FUSE, MCBs, MCCBs Sunil Bhat
Necessity of Fuse • If designed properly, the current in a network is always within limits under normal working conditions • If fault occurs in the network, The current exceeds normal limit • This is mainly due to phase short circuit fault/ phase to ground short circuit • If not interrupted this high current may lead to permanent damage of instruments and wiring
• A fuse is a part of the circuit which consists of conductor which melts easily and breaks the connection when current exceeds the predetermined value. • An electrical fuse is a weakest part of an electrical circuit which breaks when more than predetermined current flows through it. • The function of fuse wire is to carry the normal current without excessive heating but more than normal current when pass through fuse wire, it rapidly heats up and melts.
melting point and specific resistance of different metals used for fuse wire METAL MELTING POINT SPECIFIC RESISTANCE Aluminium 240 o. F 2. 86 μ Ω – cm Copper 2000 o. F 1. 72 μ Ω – cm Lead 624 o. F 21. 0 μ Ω – cm Silver 1830 o. F 1. 64 μ Ω – cm Tin 463 o. F 11. 3 μ Ω – cm Zinc 787 o. F 6. 1 μ Ω – cm
Important Terms need for Fuse • Minimum Fusing Current : It is minimum value of current due to which fuse melts. • Current Rating of Fuse : It is maximum value of current due to which fuse does not get melt. • Fusing Factor : This is the ratio of minimum fusing current and current rating of fuse. • The value of fusing factor is always more than 1.
• Prospective Current in Fuse: Before melting, the fuse element has to carry the short circuit current through it. The prospective current is defined as the value ofcurrent which would flow through the fuse immediately after a short circuit occurs in the network. • Melting Time of Fuse or Pre-arcing Time of Fuse: This is the time taken by an fuse wire to be broken by melting. It is counted from the instant, the over current starts to flow through fuse, to the instant when fuse wire is just broken by melting.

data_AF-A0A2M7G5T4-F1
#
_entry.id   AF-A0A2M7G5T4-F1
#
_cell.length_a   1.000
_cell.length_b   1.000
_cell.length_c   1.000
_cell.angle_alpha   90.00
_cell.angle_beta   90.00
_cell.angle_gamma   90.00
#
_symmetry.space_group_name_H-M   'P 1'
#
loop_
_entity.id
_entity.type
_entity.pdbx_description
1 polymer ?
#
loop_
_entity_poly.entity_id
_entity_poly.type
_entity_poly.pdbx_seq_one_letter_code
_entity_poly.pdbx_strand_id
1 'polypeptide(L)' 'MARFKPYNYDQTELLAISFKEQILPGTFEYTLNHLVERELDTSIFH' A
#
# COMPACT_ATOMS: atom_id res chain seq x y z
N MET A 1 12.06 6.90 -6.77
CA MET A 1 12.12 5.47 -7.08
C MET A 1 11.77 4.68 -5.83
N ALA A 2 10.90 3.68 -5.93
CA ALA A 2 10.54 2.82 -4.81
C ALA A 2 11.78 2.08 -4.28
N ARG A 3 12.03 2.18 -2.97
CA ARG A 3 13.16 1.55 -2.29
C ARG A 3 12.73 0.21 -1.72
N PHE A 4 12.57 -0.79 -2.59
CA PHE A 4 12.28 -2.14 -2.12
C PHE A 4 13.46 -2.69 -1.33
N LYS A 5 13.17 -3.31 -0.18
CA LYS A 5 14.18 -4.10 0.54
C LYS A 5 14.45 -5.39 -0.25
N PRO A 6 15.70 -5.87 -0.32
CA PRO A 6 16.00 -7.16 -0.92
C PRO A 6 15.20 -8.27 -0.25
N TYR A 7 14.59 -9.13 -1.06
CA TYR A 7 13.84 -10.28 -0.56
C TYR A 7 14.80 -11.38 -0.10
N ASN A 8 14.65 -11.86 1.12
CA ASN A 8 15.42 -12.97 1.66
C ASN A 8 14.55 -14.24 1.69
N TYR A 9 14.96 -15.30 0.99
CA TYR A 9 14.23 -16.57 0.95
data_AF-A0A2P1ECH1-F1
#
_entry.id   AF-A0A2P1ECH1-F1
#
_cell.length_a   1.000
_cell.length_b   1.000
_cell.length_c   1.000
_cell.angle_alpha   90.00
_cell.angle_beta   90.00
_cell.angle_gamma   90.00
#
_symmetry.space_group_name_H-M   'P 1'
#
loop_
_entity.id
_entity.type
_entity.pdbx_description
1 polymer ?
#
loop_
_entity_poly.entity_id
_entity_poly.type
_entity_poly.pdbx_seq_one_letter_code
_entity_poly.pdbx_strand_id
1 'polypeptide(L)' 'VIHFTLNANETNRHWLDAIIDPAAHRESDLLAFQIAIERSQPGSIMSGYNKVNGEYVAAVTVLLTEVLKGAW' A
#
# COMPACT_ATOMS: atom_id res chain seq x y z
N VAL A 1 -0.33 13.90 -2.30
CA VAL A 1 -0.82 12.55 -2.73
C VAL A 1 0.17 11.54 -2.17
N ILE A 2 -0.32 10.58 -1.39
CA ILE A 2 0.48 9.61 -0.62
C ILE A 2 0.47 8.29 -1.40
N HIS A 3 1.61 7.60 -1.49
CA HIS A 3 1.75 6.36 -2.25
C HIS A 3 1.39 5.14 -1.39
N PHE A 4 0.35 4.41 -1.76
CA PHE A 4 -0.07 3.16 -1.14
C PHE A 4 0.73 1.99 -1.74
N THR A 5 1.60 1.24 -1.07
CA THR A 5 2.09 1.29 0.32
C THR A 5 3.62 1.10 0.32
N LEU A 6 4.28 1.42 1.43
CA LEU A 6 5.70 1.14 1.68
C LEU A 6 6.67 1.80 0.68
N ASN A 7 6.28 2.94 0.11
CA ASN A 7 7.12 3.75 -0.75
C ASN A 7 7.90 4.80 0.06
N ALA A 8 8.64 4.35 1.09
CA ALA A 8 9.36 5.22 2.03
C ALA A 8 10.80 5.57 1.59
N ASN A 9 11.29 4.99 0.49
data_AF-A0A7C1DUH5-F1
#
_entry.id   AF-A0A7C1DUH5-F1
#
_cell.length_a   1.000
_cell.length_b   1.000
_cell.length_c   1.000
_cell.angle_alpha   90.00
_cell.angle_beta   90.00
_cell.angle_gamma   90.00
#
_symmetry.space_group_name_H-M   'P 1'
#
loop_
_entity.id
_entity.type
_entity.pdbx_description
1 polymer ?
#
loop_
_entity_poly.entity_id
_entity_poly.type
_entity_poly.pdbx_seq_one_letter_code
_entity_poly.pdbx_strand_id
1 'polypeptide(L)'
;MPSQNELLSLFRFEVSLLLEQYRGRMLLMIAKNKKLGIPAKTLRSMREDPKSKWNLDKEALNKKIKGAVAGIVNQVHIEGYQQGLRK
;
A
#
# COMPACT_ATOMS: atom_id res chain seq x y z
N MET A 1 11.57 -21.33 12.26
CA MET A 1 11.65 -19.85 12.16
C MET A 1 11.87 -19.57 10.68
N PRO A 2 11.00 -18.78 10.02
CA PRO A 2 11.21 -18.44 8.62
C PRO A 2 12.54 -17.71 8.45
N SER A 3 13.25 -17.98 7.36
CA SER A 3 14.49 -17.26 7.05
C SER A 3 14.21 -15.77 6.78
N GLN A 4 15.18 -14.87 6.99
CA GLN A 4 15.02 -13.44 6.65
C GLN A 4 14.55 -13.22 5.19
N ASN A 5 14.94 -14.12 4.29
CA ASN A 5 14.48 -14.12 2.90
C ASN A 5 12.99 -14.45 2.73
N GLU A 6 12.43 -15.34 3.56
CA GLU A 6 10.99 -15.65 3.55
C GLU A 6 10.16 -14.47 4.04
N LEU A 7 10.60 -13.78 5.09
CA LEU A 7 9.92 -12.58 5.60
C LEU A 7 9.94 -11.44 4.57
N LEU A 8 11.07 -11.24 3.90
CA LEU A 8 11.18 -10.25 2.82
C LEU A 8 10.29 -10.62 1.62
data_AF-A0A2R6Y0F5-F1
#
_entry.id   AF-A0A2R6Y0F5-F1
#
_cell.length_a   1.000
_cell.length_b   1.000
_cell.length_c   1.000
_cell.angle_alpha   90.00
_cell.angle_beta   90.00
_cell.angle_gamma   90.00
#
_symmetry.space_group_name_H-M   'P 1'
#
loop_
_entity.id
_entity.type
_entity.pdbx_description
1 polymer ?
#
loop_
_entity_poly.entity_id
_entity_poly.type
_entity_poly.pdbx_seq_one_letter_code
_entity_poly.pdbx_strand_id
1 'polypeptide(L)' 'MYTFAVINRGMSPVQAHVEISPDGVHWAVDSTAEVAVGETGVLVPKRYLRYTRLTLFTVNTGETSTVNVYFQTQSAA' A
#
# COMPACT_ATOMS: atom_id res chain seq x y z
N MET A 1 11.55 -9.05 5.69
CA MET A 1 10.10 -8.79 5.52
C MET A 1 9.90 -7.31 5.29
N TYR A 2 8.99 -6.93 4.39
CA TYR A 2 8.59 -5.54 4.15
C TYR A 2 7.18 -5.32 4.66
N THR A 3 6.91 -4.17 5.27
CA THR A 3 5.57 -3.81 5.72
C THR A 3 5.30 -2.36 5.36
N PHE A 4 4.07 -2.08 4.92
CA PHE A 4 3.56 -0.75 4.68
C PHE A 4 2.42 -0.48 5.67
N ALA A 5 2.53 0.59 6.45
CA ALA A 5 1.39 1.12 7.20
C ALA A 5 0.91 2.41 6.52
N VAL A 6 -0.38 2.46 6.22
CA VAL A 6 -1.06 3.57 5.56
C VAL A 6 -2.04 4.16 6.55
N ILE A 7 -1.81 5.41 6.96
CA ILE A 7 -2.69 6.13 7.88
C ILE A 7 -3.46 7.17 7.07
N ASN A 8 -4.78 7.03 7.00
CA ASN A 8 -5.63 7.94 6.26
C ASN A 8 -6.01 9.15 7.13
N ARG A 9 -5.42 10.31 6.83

• Arcing Time of Fuse: After breaking of fuse wire there will be an arcing between both melted tips of the wire which will be extinguished at the current zero. The time accounted from the instant of arc initiated to the instant of arc being extinguished is known as arcing time of fuse. • Operating Time of Fuse : When ever over rated current starts to flow through a fuse wire, it takes a time to be melted and disconnected, and just after that the arcing stars between the melted tips of the fuse wire, which is finally extinguished. The operating time of fuse is the time gap between the instant when the over ratedcurrent just starts to flow through the fuse and the instant when the arc in fuse finally extinguished. That means operating time of fuse = melting time + arcing time of fuse.
Fuse Law • Fuse law determines the current carrying capacity of a fuse wire. • At steady state condition fuse carries normalcurrent without increasing its temperature to the melting limit. • At this steady state condition, heat generated due to current through fuse wire is equal to heat dissipated from it.
METAL VALUE OF K WHEN D IS MEASURED IN MM Aluminium 59 Copper 80 Iron 24. 6 Lead 10. 8
Fuse Characteristics • Fuses and MCBs are rated in amps. The amp rating given on the fuse or MCB body is the amount of current it will pass continuously. This is normally called the rated current or nominal current • What if the current exceeds the nominal current? • Will the device trip instantly?
• if the rating is 30 amps, a current of 30. 00001 amps will trip it, right? • This is not true! • For 30 Amp Fuse, to be sure of tripping in 0. 1 seconds, the fuse requires 300 amps. • the fuse is marked `30 amps’, but it will actually stand 40 amps for over an hour, how can we justify calling it a `30 amp’ fuse?
• answer is that the overload characteristics of fuses are designed to match the properties of modern cables • a modern PVC-insulated cable will stand a 50% overload for an hour, so it seems reasonable that the fuse should as well.
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